Whole Life Magazine

June/July 2015

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Page 13 of 43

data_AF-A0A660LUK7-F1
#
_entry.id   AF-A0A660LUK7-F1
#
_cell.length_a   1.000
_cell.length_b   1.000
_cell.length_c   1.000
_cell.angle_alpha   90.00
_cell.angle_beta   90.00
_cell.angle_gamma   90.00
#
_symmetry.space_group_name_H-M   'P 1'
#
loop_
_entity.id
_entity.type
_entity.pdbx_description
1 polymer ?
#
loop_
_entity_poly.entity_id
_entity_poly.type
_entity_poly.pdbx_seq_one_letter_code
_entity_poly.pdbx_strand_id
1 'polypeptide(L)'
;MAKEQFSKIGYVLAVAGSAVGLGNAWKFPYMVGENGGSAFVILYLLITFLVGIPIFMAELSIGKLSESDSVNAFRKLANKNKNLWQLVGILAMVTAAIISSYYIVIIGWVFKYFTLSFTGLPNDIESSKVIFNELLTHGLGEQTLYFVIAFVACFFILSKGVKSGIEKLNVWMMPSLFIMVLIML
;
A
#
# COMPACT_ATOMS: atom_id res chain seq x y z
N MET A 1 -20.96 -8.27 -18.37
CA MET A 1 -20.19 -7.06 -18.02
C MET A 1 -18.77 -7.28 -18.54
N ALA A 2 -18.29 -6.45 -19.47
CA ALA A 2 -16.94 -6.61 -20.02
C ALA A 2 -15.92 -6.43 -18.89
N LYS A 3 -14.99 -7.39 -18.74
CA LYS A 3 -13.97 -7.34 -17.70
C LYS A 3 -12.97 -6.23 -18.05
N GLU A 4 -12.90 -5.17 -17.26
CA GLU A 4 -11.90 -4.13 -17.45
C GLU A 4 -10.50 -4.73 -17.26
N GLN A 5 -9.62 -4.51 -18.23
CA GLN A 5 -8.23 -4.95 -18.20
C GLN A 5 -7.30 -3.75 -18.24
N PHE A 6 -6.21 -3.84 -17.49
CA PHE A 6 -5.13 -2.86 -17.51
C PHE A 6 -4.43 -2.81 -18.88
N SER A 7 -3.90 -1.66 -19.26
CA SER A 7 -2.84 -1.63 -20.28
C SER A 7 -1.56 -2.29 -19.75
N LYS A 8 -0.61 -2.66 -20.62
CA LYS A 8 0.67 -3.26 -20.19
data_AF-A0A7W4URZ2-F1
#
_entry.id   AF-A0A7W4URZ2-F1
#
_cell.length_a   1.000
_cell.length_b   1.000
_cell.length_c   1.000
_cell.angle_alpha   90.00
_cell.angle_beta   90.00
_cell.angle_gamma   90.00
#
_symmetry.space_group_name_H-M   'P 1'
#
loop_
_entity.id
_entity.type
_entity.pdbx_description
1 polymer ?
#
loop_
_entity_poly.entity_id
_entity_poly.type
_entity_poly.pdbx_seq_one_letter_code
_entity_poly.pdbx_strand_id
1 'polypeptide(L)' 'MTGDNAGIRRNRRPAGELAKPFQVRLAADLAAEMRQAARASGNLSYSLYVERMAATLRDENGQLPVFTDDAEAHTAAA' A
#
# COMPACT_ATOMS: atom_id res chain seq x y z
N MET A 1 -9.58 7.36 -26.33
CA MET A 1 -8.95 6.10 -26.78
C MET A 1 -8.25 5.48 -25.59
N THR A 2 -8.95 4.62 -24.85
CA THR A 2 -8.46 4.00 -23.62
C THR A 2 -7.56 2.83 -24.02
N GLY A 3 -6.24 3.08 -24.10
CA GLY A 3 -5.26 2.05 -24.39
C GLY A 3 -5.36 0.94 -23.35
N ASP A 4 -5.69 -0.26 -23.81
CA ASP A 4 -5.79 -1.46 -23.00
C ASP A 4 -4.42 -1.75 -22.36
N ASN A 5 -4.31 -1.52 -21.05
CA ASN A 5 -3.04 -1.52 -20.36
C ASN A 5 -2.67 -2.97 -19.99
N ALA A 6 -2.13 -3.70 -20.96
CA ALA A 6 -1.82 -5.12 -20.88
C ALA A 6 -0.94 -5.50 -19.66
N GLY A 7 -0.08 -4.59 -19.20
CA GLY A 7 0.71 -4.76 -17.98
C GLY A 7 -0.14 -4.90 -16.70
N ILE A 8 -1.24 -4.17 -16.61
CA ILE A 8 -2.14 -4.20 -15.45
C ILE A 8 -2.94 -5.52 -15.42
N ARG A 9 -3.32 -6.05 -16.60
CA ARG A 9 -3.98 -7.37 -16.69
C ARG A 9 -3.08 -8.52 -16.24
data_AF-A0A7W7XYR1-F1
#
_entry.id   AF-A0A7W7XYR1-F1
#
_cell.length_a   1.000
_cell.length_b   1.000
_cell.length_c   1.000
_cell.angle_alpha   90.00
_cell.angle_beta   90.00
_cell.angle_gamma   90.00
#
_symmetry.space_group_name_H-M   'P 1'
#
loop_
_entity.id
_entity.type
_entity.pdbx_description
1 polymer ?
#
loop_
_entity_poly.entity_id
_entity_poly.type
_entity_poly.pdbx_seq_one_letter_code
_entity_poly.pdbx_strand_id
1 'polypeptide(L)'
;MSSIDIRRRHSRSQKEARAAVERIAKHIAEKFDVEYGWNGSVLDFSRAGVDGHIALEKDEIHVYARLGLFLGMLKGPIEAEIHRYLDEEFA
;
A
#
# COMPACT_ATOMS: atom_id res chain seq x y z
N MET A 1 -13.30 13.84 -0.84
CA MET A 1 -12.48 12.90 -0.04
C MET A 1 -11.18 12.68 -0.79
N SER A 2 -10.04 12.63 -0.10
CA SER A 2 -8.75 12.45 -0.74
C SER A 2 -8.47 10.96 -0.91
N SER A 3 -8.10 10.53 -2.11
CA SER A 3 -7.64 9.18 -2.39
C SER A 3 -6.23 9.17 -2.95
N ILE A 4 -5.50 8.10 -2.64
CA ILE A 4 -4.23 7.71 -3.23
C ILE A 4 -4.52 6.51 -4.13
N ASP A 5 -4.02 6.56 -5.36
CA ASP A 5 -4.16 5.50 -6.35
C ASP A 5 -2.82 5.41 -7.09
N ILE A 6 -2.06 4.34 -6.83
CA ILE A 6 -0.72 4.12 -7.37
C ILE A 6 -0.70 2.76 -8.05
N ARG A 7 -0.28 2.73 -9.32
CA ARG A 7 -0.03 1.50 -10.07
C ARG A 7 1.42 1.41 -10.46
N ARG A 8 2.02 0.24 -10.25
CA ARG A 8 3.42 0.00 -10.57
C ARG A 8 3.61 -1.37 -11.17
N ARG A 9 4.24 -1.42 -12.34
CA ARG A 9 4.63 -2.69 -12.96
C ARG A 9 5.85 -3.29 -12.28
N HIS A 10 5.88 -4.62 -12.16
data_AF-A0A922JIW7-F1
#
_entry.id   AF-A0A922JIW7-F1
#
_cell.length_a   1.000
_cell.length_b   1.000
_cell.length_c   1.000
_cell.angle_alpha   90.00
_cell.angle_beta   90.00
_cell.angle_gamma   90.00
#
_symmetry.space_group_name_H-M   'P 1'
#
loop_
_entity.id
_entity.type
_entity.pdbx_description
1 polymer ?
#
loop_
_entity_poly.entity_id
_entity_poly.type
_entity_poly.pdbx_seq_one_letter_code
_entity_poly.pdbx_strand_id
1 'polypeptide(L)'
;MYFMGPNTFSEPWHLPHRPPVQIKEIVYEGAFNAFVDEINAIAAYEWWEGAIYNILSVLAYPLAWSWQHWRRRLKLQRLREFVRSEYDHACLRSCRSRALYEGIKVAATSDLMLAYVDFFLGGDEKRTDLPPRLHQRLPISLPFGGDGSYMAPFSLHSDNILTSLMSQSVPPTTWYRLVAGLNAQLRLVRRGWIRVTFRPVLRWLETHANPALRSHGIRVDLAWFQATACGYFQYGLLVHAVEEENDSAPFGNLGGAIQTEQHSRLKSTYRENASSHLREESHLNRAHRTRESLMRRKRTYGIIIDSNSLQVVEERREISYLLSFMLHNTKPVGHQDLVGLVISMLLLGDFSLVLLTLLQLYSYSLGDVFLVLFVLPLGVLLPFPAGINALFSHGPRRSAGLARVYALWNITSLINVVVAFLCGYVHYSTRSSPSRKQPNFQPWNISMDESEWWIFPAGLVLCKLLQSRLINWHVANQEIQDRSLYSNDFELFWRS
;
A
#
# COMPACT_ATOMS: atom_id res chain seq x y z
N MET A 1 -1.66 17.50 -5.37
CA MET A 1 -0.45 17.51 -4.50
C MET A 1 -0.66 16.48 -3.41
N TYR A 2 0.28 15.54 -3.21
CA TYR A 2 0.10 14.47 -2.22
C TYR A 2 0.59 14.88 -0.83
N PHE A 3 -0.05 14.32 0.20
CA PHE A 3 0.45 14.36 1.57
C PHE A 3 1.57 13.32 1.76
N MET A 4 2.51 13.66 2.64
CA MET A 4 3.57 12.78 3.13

By Wendy Strgar I 've been making love with the same man for some 30 years and although I can honestly say it has gotten amazingly, in- creasingly better over the decades, it's important to add that this improvement was in direct proportion to the work and will- ingness we both brought to growing up sexually. To be honest, my earliest memories of sex hold as much frus- tration as they do passion. Longing for the sexual combustion that would not only fi ll me up but also unite me with my partner, yet not having any real skills to get us there, made much of our sexuality an exercise in approach/avoidance. Most of us know little about sex when we fi rst start doing it. Hopefully we have correct names for body parts and these days we might have seen enough free porn online to have an idea about the fi ction of sex, but the actual vulnerable ex- change of our sexual selves remains shrouded in mys- tery, or worse still, shame and embarrassment. As we get older we may reminisce about youthful sex that literally took our breath away, the kind of carnal hunger that gave us no choice but to submit to the will of our sexual body. But we forget how often the magic imploded. We repress the memories of when someone came too quickly or someone else's passion dried up with not enough lubrication and burning genital tissue. We did not know why it worked when it did, or how to make it work again. Often we relied on substances to reduce the inhibition that also inhibited our ability to remember and learn. Our sexual immaturity made us pout, blame each other and wait angrily in another room for the other to apologize, taking us far from the connection we both craved. Moving toward our sex life felt risky, even with random good orgasms on this bumpy path. We were green not only with each other, but even more within our own sexuality. Growing up sexually happened in my marriage as we stopped holding each other responsible for both generating and fulfi ll- ing our sexual desires. When I stopped expecting my mate to make me feel sexy, and committed to fi nding the sexy place in myself, I stopped saying no when the conditions weren't as perfect as I hoped. As I became more willing to meet him in the mystery of what might happen, he became more willing, too. Even more important was when I began learning about the many ways I didn't know my own sexuality, and took responsibility for the sexual discoveries that were mine to make. As I found the erotic spots that sang for me and what kinds of touch made me light up, I had a language to share how I wanted to be touched. This practice also helped me get over the shame of touching myself in front of my partner. Getting over fear about saying what I liked, asking for what I wanted, inspired the same in him. A new freedom was breathed into the narrow routine of our self-limiting sexual behavior. Immature ways of dealing with our sexuality and per- vasive mythologies about passionate sex persist for many people late into adulthood. We continue to resist taking responsibility for our own sexual desire, thinking someone else holds the magic to make us feel sexy. We delude ourselves into thinking real love is supposed to feel like falling in love all the time. As we get older and invest ourselves more deeply in all aspects of our lives, not only are we unable to physically sustain the intense out-of-our-minds euphoria of early biological attraction, but it distracts from the more mature forms of loving. Discovering our capacity of arousal and fi nding a safe haven to comfortably push our boundaries is how sex evolves into the amazingly transformative and healing relationship glue that it is. It is also the path to fi nding out who we really are. —Wendy Strgar, writer, teacher and loveologist, is the found- er and CEO at Good Clean Love, makers of Almost Naked 95 percent-organic lubricant. The pervasive mythology that makes it diffi cult to discover satisfying adult sexuality GROWING UP SEXUALLY healthy living SEX TALK 14 wholelifetimes.com

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